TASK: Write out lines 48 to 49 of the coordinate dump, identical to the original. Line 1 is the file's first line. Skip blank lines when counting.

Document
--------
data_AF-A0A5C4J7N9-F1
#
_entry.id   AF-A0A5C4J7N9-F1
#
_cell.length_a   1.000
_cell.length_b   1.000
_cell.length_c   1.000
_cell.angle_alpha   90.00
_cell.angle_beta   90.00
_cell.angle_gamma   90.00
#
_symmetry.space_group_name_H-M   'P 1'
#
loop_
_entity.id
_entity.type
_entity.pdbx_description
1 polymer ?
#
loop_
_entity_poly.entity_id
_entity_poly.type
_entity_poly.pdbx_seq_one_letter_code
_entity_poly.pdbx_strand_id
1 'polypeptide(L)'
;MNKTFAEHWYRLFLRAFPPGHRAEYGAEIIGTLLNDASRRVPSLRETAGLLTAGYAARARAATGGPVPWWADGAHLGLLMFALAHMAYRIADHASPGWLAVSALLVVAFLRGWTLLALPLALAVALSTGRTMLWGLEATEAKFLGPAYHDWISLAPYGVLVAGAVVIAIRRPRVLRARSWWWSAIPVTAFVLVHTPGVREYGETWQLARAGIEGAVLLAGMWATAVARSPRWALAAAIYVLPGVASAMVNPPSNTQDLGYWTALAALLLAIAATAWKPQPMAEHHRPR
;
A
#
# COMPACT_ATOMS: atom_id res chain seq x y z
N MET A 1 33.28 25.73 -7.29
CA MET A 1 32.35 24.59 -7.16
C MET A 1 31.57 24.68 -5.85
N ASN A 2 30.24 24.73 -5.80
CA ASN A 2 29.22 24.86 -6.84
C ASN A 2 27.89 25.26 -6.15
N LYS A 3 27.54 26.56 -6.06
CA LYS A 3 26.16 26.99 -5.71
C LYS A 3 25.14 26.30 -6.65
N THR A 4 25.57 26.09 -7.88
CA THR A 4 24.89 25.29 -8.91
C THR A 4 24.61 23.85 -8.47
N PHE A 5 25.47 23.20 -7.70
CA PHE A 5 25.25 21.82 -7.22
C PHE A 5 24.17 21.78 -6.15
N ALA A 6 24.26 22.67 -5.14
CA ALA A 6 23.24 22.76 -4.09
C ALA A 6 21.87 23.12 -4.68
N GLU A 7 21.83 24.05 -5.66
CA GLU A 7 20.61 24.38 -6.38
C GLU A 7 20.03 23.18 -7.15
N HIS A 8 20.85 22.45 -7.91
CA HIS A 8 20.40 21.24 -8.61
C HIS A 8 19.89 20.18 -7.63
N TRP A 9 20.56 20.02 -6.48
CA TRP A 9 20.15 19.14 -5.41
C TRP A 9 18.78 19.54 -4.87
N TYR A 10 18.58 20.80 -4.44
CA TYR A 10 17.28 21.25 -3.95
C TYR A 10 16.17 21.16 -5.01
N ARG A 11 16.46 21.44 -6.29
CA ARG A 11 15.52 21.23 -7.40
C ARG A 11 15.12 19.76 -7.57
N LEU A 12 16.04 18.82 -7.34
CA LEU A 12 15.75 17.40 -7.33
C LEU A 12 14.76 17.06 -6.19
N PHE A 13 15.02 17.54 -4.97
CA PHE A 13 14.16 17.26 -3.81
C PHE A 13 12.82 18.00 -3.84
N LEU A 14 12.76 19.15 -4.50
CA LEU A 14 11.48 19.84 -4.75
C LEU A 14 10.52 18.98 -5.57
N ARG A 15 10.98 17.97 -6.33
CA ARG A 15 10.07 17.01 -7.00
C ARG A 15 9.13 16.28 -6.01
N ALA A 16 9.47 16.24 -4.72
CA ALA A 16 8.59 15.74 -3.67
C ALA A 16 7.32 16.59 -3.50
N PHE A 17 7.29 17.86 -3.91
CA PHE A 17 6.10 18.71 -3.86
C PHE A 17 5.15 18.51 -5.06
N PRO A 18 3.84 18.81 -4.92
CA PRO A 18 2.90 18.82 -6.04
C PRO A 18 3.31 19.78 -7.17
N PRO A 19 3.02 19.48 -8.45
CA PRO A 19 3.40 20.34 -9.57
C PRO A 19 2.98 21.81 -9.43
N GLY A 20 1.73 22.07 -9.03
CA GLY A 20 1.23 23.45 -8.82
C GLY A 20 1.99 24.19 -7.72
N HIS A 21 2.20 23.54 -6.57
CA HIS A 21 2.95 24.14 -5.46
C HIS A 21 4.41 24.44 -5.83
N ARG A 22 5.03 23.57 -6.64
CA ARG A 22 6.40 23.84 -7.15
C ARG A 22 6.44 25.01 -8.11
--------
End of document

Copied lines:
C ALA A 6 21.87 23.12 -4.68
N GLU A 7 21.83 24.05 -5.66